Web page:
5.0134 Computing in the Humanities (2/59)

Elaine Brennan & Allen Renear (EDITORS@BROWNVM.BITNET)
Tue, 11 Jun 91 16:56:23 EDT

Humanist Discussion Group, Vol. 5, No. 0134. Tuesday, 11 Jun 1991.

(1) Date: Mon, 10 Jun 91 19:43 CDT (9 lines)
From: Michael Ossar <MLO@KSUVM>
Subject: computers and equality

(2) Date: Tue, 11 Jun 1991 00:44:50 -0400 (50 lines)
From: mccarty@epas.utoronto.ca (Willard McCarty)
Subject: humanities computing

(1) --------------------------------------------------------------------
Date: Mon, 10 Jun 91 19:43 CDT
From: Michael Ossar <MLO@KSUVM>
Subject: computers and equality

I want to thank Gary Forsythe for his fascinating message. But how does
a voice synthesizer function for someone who presumably receives files
and needs to deal with texts in several modern and classical languages?
How does it handle, for example, a Greek quote embedded in an English
(2) --------------------------------------------------------------65----
Date: Tue, 11 Jun 1991 00:44:50 -0400
From: mccarty@epas.utoronto.ca (Willard McCarty)
Subject: humanities computing

My thanks to all those who contributed to the discussion on (as it
came to be called) the disappearance of humanities computing, including
Eeyore, Chicken Little, and others. I admit to a few wild statements,
but then an utterly sober, reasonable approach, I feared, might not
stir anyone to reply. People were stirred, so perhaps Blake's aphorism
about the road of excess leading to the palace of wisdom held for us
in this case.

My serious purpose was to ask, "What is happening in humanities computing?
What needs to happen?" With the benefit of the replies, let me revise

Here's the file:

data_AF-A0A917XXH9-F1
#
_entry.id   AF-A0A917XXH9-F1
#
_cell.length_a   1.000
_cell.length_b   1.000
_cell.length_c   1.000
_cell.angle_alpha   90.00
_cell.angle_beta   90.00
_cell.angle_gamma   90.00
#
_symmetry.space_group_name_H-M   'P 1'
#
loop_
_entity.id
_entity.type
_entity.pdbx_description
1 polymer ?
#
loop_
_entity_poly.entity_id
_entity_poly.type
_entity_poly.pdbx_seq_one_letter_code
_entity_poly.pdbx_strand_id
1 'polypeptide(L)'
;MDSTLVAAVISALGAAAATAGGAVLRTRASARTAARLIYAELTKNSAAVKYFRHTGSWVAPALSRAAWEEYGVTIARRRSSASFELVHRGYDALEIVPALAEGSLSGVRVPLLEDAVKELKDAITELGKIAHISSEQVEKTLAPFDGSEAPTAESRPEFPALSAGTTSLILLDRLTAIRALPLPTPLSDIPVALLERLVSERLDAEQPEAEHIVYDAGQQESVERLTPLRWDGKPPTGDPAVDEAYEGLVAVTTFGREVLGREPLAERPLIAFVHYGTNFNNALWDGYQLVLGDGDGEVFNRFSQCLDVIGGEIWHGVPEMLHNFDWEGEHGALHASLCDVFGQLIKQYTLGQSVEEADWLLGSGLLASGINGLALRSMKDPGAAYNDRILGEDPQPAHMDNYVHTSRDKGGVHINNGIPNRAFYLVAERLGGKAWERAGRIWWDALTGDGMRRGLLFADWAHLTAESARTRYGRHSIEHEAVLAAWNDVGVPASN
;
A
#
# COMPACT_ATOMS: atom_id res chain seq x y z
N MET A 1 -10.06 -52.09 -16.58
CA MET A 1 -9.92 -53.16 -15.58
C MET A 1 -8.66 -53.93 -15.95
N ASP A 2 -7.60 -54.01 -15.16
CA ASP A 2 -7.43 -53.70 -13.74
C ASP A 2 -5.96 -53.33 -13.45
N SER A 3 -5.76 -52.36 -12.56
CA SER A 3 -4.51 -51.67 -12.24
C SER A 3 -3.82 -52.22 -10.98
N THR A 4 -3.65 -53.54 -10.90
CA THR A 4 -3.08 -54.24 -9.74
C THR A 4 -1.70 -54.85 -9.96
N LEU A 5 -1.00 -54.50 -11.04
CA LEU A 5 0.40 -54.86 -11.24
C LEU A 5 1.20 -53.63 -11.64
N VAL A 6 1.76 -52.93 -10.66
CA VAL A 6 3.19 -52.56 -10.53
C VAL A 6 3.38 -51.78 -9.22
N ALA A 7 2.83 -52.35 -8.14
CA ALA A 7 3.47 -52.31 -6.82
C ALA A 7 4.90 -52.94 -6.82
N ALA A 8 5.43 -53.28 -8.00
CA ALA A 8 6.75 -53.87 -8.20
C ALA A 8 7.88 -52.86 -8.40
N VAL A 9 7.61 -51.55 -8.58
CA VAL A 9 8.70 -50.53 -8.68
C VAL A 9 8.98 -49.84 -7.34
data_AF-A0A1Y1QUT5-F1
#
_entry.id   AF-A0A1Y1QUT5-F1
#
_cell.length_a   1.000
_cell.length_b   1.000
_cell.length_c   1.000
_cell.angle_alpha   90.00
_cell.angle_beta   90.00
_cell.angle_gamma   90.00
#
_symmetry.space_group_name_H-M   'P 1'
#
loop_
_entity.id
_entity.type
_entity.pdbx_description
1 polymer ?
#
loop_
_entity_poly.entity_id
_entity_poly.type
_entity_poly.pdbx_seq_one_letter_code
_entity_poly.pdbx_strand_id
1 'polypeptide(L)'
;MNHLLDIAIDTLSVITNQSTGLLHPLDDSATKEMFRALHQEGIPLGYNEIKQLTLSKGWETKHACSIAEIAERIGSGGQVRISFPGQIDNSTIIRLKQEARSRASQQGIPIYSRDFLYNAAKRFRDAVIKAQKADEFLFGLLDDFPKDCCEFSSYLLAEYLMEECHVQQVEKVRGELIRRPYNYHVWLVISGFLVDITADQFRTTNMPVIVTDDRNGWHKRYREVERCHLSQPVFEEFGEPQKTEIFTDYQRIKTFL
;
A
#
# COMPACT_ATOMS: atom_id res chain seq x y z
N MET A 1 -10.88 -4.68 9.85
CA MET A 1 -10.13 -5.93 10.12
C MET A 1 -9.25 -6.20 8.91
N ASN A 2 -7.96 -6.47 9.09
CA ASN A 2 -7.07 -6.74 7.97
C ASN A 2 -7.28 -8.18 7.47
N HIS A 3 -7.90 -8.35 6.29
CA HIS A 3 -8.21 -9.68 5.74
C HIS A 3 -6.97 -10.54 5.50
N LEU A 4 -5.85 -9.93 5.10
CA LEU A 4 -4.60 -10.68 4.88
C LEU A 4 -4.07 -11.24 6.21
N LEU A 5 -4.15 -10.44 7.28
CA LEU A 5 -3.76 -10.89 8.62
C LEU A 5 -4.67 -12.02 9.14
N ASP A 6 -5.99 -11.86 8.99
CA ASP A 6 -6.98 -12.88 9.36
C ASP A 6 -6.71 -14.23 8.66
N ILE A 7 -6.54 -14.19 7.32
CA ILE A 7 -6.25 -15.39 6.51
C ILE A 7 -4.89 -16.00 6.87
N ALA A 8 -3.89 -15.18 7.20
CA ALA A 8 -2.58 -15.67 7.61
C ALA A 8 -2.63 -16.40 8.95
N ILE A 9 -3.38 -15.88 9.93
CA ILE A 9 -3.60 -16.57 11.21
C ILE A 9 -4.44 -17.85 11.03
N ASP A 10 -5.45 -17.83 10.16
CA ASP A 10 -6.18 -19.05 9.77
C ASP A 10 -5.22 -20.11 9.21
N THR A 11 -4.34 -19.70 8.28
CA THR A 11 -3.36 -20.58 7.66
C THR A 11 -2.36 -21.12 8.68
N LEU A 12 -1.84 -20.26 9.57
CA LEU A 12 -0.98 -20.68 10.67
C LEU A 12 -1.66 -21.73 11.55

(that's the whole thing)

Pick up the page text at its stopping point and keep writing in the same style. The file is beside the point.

and restate these questions.

>From my own experience, I conclude that institutionalized humanities
computing has the following 5 functions:

1. service, to respond to users on demand, e.g. to run labs, answer
questions, demonstrate software, find texts.

2. evangelical, to promote the uses of computing by demonstrating its
value, e.g. in workshops and fairs.

3. pedagogical, to teach courses ranging from the exclusively
tool-oriented (e.g. on WordPerfect or HyperCard) to those which focus
on methods of teaching and research in the humanities.

4. infrastructural, to build largely out of existing pieces an
institutional structure whereby those who wish to pursue computing in
teaching and research can do so without penalty, perhaps even with

5. research, to conduct computer-aided research in the humanities: primarily
to observe at first hand the computer as a perceptual agent (note that
research as information-gathering, so as to be better at 1, above, is
a different matter).

My previous note attempted to argue, or at least to assert, that the
first function -- which seems to be all that many folks think of when
"humanities computing" is mentioned -- is not where the academic action
is, however necessary it may remain. When I spoke of hopeful signs, I
was referring to the second through fifth activities, and I would now
like to invite more comments on these, or on others I have
inadvertently overlooked.

Willard McCarty